Every year computer algorithms allow computers to handle more complex tasks. So we might ask what will computers never be able to do? Perhaps a better question is what activities will we insist be performed by other humans even if computers can do them? An even more important category of people-only work involves tasks that we must do with other humans. Evidence indicates that the most effective groups are those where members possess the most essential deeply human abilities. These include empathy above all, social sensitivity, storytelling, collaborating, problem solving together, and building relationships.

On average women are better at many of these increasingly valuable skills than men are. Women score higher on test of empathy and social sensitivity than men. Some research shows that groups consisting entirely of women are more effective than groups that include even one man. Employees who are uninterested in human interaction are in trouble.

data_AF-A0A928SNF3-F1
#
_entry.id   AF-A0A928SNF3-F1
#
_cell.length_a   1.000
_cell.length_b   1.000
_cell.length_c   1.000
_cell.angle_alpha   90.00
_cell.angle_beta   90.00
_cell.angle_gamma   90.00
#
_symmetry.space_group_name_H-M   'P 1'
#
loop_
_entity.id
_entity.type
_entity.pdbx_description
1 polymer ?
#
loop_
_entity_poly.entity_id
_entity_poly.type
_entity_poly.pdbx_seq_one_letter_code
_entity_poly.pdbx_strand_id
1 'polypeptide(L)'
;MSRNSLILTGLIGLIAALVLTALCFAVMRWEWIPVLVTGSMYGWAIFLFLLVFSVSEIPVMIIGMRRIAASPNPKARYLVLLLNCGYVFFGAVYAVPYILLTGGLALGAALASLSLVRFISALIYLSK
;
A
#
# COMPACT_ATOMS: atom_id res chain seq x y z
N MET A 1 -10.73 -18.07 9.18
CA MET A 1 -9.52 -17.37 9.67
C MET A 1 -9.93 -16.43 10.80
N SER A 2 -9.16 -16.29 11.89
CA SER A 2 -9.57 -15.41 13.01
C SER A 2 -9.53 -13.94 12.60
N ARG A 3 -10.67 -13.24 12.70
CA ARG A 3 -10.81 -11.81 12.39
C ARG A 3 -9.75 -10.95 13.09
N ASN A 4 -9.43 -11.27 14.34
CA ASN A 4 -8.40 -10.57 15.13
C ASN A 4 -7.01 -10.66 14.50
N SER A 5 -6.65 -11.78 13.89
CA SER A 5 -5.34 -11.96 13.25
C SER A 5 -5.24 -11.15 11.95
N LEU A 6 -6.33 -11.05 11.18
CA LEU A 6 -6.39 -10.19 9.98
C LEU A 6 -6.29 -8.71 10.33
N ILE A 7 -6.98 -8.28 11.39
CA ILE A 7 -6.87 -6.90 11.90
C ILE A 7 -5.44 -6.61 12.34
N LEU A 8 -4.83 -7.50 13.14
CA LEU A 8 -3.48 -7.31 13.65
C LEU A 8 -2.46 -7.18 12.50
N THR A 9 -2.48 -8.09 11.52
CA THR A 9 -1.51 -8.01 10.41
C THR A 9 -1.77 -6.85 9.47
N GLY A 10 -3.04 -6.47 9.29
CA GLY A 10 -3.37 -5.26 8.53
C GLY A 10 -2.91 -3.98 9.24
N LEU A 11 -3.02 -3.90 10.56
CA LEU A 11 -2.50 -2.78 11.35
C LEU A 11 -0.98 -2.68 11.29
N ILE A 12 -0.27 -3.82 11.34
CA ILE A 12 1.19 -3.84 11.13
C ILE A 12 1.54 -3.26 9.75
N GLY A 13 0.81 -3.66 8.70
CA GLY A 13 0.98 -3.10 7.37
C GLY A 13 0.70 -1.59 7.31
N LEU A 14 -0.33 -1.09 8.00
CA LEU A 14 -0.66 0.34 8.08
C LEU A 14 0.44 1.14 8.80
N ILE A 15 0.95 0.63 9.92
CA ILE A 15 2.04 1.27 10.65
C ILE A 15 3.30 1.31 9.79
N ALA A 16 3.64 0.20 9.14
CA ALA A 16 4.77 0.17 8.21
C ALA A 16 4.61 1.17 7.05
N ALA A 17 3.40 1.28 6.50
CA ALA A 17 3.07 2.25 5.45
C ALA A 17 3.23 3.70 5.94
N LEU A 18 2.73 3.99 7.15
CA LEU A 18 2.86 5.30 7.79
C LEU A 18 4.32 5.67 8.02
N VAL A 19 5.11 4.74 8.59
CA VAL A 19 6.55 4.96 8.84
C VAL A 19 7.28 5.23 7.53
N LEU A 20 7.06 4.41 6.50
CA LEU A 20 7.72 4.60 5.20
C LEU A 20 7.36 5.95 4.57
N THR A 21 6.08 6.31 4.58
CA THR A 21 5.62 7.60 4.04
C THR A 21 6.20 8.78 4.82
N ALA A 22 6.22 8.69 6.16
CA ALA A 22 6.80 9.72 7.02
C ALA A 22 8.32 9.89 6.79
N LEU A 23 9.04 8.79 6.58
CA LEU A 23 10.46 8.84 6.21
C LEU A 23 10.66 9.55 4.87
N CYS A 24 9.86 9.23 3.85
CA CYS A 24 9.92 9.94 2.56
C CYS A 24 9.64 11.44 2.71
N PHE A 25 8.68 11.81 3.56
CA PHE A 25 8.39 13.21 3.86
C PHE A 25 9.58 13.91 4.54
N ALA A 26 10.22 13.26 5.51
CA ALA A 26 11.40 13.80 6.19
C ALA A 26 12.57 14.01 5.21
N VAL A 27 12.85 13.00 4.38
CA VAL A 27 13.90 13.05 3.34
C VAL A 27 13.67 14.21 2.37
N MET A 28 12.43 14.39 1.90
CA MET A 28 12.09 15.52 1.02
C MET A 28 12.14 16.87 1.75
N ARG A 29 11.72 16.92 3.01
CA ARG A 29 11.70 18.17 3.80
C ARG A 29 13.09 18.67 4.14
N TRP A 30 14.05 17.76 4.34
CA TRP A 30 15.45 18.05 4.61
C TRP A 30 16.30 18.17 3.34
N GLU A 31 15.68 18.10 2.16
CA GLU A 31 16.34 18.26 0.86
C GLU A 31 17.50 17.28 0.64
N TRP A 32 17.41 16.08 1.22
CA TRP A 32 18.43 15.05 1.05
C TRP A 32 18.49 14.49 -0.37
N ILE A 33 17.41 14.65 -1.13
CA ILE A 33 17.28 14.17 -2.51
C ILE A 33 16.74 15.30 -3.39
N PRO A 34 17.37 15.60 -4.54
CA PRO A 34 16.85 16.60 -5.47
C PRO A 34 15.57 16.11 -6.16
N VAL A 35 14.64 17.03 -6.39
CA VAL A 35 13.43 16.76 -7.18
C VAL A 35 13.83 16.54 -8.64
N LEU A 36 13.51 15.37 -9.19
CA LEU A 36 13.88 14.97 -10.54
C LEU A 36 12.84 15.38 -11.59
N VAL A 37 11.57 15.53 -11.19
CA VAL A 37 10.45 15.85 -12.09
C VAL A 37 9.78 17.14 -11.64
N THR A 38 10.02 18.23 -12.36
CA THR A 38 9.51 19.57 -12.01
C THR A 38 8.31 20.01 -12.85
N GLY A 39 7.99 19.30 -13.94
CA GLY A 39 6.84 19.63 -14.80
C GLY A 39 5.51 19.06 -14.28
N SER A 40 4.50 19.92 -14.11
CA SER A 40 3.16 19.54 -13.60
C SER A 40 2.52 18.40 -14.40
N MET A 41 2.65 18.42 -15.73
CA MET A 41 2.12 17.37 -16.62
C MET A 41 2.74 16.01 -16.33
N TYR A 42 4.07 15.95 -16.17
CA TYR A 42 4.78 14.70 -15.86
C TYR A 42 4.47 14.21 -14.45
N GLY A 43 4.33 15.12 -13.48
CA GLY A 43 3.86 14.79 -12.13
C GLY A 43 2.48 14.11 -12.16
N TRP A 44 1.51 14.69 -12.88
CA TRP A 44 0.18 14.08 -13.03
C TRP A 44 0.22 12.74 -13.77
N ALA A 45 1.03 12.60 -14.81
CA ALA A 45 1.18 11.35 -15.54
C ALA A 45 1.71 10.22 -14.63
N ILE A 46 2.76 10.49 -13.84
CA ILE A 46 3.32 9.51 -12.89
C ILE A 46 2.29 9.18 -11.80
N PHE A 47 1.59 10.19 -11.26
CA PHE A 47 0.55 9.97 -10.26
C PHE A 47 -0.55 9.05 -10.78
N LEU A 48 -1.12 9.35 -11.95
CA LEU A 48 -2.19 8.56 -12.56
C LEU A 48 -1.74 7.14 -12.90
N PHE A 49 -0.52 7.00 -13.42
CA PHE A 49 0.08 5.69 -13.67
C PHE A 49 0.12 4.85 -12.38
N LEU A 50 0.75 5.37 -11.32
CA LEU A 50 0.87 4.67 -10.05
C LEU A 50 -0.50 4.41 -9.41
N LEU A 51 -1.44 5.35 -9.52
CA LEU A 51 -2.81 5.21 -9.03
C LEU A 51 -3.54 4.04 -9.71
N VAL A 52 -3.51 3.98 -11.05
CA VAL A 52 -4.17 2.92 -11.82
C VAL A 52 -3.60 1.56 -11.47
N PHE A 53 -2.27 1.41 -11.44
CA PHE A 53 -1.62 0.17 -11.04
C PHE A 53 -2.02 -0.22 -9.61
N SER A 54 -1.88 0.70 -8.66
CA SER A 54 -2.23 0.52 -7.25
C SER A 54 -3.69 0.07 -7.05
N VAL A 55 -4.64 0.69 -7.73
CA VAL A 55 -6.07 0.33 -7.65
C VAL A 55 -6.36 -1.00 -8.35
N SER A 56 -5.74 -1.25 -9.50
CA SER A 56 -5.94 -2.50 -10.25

The movement to a knowledge-based economy took most of the 20th century. But now as technology rapidly moves ahead, the newly valuable skills of empathizing, collaborating, creating, leading, and building relationships is moving faster than most human psyches, governments, corporations, and education systems can keep up with.

This change will be difficult for some, but it is good news because we are being asked to become more human, rather than what we have been asked to do in the past, i.e., learn to do machine work better than machines could do it. What we need has been there all along.

The contents of the book are as follows.

Chapter 1: Computers are improving faster than you are. As technology becomes more awesomely able, what will be the high-value human skills of tomorrow?